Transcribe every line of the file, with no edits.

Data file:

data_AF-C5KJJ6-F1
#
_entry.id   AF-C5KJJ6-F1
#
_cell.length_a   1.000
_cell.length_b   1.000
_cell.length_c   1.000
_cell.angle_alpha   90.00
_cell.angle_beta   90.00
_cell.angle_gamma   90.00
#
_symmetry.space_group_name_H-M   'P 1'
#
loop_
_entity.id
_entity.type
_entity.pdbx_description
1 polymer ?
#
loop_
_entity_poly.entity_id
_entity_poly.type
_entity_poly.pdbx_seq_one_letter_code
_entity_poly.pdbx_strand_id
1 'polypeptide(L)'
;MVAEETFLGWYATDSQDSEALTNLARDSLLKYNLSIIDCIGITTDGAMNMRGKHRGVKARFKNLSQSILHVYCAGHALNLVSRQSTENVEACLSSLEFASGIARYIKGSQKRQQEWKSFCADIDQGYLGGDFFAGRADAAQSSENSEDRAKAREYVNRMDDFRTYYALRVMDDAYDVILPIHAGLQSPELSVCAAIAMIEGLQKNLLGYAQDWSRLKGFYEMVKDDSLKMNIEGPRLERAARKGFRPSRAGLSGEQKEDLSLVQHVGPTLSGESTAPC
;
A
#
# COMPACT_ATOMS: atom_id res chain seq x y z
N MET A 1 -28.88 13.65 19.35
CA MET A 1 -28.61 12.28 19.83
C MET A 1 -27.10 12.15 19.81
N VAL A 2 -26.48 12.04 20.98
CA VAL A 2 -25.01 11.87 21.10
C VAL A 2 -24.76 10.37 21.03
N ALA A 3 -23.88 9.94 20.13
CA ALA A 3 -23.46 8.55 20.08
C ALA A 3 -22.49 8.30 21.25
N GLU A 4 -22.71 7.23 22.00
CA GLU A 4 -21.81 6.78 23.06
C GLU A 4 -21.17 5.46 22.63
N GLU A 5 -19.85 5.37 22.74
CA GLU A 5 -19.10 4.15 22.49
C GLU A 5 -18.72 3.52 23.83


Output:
data_AF-C5KJJ6-F1
#
_entry.id   AF-C5KJJ6-F1
#
_cell.length_a   1.000
_cell.length_b   1.000
_cell.length_c   1.000
_cell.angle_alpha   90.00
_cell.angle_beta   90.00
_cell.angle_gamma   90.00
#
_symmetry.space_group_name_H-M   'P 1'
#
loop_
_entity.id
_entity.type
_entity.pdbx_description
1 polymer ?
#
loop_
_entity_poly.entity_id
_entity_poly.type
_entity_poly.pdbx_seq_one_letter_code
_entity_poly.pdbx_strand_id
1 'polypeptide(L)'
;MVAEETFLGWYATDSQDSEALTNLARDSLLKYNLSIIDCIGITTDGAMNMRGKHRGVKARFKNLSQSILHVYCAGHALNLVSRQSTENVEACLSSLEFASGIARYIKGSQKRQQEWKSFCADIDQGYLGGDFFAGRADAAQSSENSEDRAKAREYVNRMDDFRTYYALRVMDDAYDVILPIHAGLQSPELSVCAAIAMIEGLQKNLLGYAQDWSRLKGFYEMVKDDSLKMNIEGPRLERAARKGFRPSRAGLSGEQKEDLSLVQHVGPTLSGESTAPC
;
A
#
# COMPACT_ATOMS: atom_id res chain seq x y z
N MET A 1 -28.88 13.65 19.35
CA MET A 1 -28.61 12.28 19.83
C MET A 1 -27.10 12.15 19.81
N VAL A 2 -26.48 12.04 20.98
CA VAL A 2 -25.01 11.87 21.10
C VAL A 2 -24.76 10.37 21.03
N ALA A 3 -23.88 9.94 20.13
CA ALA A 3 -23.46 8.55 20.08
C ALA A 3 -22.49 8.30 21.25
N GLU A 4 -22.71 7.23 22.00
CA GLU A 4 -21.81 6.78 23.06
C GLU A 4 -21.17 5.46 22.63
N GLU A 5 -19.85 5.37 22.74
CA GLU A 5 -19.10 4.15 22.49
C GLU A 5 -18.72 3.52 23.83